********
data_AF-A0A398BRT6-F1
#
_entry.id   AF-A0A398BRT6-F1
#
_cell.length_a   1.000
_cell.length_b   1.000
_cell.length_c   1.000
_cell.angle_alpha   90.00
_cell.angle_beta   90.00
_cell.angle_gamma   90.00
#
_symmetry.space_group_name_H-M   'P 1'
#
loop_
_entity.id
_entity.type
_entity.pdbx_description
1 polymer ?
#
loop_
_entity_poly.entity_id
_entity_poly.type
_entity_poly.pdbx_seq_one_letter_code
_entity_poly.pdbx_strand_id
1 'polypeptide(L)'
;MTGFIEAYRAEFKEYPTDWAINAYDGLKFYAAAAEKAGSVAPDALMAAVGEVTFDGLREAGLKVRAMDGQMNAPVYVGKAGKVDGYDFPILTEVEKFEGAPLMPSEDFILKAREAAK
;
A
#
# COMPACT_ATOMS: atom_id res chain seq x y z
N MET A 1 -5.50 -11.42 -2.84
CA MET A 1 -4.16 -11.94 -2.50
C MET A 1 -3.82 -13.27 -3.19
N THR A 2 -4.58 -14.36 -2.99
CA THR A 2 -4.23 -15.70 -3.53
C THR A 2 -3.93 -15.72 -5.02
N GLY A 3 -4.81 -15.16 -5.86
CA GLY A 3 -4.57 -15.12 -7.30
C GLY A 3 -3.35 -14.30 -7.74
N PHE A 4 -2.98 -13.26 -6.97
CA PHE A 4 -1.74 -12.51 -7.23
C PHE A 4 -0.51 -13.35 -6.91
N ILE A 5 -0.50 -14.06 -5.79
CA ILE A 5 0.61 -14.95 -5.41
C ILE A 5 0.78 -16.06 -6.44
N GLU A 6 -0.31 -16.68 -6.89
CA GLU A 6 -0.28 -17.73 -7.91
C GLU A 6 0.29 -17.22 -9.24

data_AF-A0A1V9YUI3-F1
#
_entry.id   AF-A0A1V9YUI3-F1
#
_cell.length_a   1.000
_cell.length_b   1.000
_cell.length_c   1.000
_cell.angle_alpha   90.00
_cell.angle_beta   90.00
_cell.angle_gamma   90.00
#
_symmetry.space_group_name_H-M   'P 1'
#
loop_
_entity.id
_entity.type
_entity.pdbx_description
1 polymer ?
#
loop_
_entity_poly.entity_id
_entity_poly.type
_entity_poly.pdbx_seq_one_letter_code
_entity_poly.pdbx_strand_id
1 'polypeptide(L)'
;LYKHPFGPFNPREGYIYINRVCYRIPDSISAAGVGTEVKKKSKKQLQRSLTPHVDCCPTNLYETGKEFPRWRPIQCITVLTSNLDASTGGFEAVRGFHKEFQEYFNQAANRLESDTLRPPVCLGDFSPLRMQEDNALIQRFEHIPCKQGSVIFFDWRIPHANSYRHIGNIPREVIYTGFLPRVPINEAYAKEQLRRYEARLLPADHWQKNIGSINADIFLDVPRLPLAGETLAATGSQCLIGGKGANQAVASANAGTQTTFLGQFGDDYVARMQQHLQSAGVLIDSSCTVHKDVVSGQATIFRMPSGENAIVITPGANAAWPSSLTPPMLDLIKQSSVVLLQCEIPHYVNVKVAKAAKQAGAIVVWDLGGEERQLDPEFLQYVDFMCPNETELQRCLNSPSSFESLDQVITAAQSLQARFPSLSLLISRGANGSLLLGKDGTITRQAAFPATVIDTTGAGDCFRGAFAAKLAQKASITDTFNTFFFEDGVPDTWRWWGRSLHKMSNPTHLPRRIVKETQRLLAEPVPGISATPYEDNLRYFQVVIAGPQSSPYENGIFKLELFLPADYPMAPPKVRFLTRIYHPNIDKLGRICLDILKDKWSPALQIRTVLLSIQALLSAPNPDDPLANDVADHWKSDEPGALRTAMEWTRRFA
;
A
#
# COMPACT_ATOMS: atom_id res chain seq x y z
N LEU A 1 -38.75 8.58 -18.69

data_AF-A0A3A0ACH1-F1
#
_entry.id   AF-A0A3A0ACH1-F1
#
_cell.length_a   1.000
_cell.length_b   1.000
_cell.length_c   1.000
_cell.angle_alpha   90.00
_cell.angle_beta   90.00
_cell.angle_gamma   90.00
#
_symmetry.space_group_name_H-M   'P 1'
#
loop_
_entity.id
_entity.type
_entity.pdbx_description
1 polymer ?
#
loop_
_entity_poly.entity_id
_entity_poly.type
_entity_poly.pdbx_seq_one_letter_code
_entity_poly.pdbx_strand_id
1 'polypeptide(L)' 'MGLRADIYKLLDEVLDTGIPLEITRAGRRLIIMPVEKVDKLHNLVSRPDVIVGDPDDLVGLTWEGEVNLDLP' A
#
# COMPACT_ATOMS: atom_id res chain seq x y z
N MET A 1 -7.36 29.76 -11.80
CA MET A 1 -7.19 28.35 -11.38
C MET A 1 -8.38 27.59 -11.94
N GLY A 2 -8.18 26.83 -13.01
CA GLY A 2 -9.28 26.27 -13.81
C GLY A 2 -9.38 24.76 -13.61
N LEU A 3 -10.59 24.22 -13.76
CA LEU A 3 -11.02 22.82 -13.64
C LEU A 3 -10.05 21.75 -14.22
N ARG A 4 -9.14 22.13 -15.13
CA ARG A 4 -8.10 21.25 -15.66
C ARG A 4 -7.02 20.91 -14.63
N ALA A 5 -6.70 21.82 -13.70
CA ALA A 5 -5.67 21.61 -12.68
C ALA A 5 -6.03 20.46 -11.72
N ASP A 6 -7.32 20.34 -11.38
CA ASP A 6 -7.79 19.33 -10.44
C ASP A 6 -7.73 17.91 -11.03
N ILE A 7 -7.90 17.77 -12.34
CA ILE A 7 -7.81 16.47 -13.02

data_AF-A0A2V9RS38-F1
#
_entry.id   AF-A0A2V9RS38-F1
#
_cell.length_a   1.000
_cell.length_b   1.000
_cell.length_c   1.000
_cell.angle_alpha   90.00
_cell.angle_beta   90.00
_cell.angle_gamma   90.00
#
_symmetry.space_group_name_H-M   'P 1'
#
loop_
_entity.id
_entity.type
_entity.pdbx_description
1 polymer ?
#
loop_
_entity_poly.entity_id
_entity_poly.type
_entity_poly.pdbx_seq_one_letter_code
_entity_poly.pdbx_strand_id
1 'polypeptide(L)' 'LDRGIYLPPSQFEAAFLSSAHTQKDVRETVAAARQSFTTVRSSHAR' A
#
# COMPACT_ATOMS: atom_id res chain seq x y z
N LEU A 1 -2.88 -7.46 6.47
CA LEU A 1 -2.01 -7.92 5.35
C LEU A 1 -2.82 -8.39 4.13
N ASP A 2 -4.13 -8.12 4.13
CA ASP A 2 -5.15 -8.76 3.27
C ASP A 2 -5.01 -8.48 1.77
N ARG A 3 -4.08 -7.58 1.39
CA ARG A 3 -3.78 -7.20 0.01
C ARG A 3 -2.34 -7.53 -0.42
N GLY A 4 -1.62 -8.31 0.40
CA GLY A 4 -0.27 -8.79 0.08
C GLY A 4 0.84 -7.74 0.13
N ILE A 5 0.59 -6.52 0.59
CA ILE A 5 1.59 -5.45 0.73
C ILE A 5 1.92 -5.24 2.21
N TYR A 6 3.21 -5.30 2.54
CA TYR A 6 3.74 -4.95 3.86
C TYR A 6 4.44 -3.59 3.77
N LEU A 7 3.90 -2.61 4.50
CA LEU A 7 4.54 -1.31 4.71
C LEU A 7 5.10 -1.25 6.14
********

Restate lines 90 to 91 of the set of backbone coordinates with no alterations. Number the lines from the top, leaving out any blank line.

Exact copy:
#
_symmetry.space_group_name_H-M   'P 1'